Published May 29, 2020After directing a number of impressive shorts (Vita, The Auction, Flamenco) and some delightful television episodes (Leo's FishHeads, It's My Party), Gloria Ui Young Kim has finally produced her first feature-length film, the Kickstarter-funded Queen of the Morning Calm. Ten-plus years in the making, Queen of the Morning Calm mirrors the director's own experiences with violence and poverty — experiences that are all too common for young single mothers and sex workers of all genders.
Tina Jung stars as Debra, a young woman struggling to make ends meet while maintaining a job and taking care of her daughter Mona (Eponine Lee). Making matters worse, Mona's father Sarge (Jesse LaVercombe) comes in and out of their lives with little to no explanation as to where he has been, and keeps Debra under his thumb with false promises of financial and familial stability. Yet he only ever brings upheaval to their home, with his unpredictable violent outbursts and penchant for gambling away what little money they have.
Kim directs the film with delicate sensitivity, perhaps owing to her personal connection to the material. While each character has their flaws and moments of poor judgement — Debra stealing money from the cash register at the strip club, Mona smoking her mother's cigarettes — the film never views them through a judgmental lens, and instead acknowledges that, sometimes, circumstances lead people to act in less-than-perfect ways.
Even when Mona acts out, throwing temper tantrums and trashing Ian's (Shaun Benson) secondhand store after Debra goes on a date with him, it is difficult to be angry with her, knowing the emotional tumult she experiences on a daily basis. At the same time, Debra's frustration with Mona's bad behavior is understandable, and while it is painful to watch at times, their love for each other is evident. The sad truth is that no matter how unconditional their love is, their circumstances make it especially hard to be patient with one another.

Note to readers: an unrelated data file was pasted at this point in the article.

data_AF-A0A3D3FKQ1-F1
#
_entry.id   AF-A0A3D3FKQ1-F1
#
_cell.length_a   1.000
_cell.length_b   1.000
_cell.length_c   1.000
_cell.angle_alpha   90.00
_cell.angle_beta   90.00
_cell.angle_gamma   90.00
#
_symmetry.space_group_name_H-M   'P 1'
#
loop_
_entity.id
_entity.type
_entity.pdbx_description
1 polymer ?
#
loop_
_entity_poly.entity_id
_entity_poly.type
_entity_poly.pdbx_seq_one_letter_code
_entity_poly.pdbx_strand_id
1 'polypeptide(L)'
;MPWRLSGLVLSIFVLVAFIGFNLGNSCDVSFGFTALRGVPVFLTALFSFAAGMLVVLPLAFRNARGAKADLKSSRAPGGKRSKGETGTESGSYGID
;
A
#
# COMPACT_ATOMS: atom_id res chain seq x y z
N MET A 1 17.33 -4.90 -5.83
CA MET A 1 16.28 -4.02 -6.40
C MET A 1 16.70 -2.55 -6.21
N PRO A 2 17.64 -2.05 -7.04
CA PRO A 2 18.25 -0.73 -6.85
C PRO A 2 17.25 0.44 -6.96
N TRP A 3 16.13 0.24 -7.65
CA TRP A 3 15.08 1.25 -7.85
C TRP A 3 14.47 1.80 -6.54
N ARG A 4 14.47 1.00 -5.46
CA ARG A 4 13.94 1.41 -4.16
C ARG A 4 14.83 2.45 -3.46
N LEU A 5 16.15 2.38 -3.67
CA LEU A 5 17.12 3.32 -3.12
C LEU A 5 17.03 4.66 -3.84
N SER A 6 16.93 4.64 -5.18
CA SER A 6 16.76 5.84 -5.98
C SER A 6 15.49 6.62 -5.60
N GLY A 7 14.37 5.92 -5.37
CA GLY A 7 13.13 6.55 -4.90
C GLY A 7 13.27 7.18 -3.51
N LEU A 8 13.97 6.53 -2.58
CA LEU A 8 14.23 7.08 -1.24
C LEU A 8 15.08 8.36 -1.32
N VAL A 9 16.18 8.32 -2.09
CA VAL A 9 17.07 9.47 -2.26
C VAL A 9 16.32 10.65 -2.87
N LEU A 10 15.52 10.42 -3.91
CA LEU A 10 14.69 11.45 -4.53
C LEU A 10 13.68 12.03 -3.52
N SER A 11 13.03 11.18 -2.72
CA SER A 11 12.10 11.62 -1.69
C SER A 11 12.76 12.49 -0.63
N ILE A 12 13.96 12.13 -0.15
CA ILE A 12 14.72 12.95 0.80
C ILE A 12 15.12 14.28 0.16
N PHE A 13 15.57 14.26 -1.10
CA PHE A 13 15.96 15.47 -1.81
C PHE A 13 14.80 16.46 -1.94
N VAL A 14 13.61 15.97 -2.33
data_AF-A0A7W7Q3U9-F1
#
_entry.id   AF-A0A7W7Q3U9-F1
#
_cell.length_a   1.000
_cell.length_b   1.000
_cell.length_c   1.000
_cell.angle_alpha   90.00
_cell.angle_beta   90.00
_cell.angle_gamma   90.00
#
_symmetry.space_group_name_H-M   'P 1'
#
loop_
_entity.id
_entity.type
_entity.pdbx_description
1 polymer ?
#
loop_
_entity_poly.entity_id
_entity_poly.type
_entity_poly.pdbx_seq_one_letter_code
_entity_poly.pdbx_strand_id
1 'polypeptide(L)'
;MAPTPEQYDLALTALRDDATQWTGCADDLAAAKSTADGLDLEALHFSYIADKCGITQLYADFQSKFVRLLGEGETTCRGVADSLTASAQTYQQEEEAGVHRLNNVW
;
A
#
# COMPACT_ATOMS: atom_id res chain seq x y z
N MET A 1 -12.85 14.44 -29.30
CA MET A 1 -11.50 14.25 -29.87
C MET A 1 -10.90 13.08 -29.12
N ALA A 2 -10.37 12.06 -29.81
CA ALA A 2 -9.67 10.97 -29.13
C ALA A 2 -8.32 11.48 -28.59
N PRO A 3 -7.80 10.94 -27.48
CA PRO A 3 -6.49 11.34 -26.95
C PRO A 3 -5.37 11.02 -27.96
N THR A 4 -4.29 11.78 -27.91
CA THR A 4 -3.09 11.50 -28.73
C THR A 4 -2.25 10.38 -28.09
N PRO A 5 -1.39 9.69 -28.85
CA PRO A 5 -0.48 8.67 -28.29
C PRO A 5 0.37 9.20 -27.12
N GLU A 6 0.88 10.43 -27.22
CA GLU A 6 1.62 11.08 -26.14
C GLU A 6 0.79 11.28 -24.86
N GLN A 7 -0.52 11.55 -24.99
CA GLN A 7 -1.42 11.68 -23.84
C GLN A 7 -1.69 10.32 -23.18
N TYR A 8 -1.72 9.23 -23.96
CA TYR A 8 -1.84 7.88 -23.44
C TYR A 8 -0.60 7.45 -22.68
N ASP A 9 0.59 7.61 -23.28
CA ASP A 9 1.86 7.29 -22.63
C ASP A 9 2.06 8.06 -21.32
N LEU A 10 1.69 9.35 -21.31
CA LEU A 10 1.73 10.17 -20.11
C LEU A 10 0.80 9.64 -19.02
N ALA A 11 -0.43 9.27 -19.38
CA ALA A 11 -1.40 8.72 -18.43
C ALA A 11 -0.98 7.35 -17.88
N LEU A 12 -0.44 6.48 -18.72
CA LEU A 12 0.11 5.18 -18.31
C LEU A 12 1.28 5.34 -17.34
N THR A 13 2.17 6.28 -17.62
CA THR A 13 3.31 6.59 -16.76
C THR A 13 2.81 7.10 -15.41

The film is technically accomplished and meticulously shot, perfectly capturing the chilly streets, cozy shops and small apartment spaces of Toronto. Scenes of Mona and Debra dragging their belongings through the city streets evoke the alienation and sense of precarity that comes with being a single mother and a sex worker in a big city, experiences that are often excluded within the canon of Toronto-set indie rom-coms (i.e. The F Word, Take This Waltz), a fact that Kim recognizes and begins to rectify in telling this deeply personal, resonant story.
Queen of the Morning Calm is emotionally fraught, anchored by excellent performances, particularly Tina Jung as Debra, who achieves a perfect balance of vulnerability, hardened strength and exhausted resignation. With its honest script, heartrending performances, and impressive technical proficiency, Kim's first feature carries the polish of an accomplished director and certainly proves that hers is a career worth investing in.
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